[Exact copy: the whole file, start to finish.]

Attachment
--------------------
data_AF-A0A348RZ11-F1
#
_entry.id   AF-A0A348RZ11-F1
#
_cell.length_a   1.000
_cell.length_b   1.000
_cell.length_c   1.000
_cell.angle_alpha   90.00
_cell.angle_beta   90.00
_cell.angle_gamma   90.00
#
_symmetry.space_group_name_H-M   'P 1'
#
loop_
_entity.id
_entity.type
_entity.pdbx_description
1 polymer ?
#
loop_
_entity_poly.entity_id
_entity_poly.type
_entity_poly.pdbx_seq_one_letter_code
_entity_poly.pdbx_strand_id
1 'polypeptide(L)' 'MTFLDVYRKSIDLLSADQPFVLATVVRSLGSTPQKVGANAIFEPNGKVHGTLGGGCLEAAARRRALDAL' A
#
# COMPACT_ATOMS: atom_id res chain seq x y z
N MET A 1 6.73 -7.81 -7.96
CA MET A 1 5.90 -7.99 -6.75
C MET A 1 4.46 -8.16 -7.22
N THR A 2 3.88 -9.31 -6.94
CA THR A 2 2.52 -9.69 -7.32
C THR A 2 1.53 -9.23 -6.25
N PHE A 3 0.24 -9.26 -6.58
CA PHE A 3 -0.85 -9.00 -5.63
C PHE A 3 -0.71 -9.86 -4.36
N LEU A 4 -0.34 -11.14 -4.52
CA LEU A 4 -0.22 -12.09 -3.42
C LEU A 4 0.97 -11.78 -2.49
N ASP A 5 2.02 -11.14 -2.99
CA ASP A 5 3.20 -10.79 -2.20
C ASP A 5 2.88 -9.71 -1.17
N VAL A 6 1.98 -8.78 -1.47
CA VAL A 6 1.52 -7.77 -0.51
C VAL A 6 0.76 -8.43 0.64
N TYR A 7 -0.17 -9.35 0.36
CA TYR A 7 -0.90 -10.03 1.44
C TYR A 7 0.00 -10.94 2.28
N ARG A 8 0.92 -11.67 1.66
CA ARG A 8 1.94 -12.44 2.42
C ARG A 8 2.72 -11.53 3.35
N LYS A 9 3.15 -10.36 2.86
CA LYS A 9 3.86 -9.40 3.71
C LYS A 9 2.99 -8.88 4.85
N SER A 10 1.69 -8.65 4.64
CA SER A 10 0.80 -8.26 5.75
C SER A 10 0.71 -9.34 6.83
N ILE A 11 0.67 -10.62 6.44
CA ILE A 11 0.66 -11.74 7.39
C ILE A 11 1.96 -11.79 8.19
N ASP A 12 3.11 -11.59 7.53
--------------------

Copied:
data_AF-A0A348RZ11-F1
#
_entry.id   AF-A0A348RZ11-F1
#
_cell.length_a   1.000
_cell.length_b   1.000
_cell.length_c   1.000
_cell.angle_alpha   90.00
_cell.angle_beta   90.00
_cell.angle_gamma   90.00
#
_symmetry.space_group_name_H-M   'P 1'
#
loop_
_entity.id
_entity.type
_entity.pdbx_description
1 polymer ?
#
loop_
_entity_poly.entity_id
_entity_poly.type
_entity_poly.pdbx_seq_one_letter_code
_entity_poly.pdbx_strand_id
1 'polypeptide(L)' 'MTFLDVYRKSIDLLSADQPFVLATVVRSLGSTPQKVGANAIFEPNGKVHGTLGGGCLEAAARRRALDAL' A
#
# COMPACT_ATOMS: atom_id res chain seq x y z
N MET A 1 6.73 -7.81 -7.96
CA MET A 1 5.90 -7.99 -6.75
C MET A 1 4.46 -8.16 -7.22
N THR A 2 3.88 -9.31 -6.94
CA THR A 2 2.52 -9.69 -7.32
C THR A 2 1.53 -9.23 -6.25
N PHE A 3 0.24 -9.26 -6.58
CA PHE A 3 -0.85 -9.00 -5.63
C PHE A 3 -0.71 -9.86 -4.36
N LEU A 4 -0.34 -11.14 -4.52
CA LEU A 4 -0.22 -12.09 -3.42
C LEU A 4 0.97 -11.78 -2.49
N ASP A 5 2.02 -11.14 -2.99
CA ASP A 5 3.20 -10.79 -2.20
C ASP A 5 2.88 -9.71 -1.17
N VAL A 6 1.98 -8.78 -1.47
CA VAL A 6 1.52 -7.77 -0.51
C VAL A 6 0.76 -8.43 0.64
N TYR A 7 -0.17 -9.35 0.36
CA TYR A 7 -0.90 -10.03 1.44
C TYR A 7 0.00 -10.94 2.28
N ARG A 8 0.92 -11.67 1.66
CA ARG A 8 1.94 -12.44 2.42
C ARG A 8 2.72 -11.53 3.35
N LYS A 9 3.15 -10.36 2.86
CA LYS A 9 3.86 -9.40 3.71
C LYS A 9 2.99 -8.88 4.85
N SER A 10 1.69 -8.65 4.64
CA SER A 10 0.80 -8.26 5.75
C SER A 10 0.71 -9.34 6.83
N ILE A 11 0.67 -10.62 6.44
CA ILE A 11 0.66 -11.74 7.39
C ILE A 11 1.96 -11.79 8.19
N ASP A 12 3.11 -11.59 7.53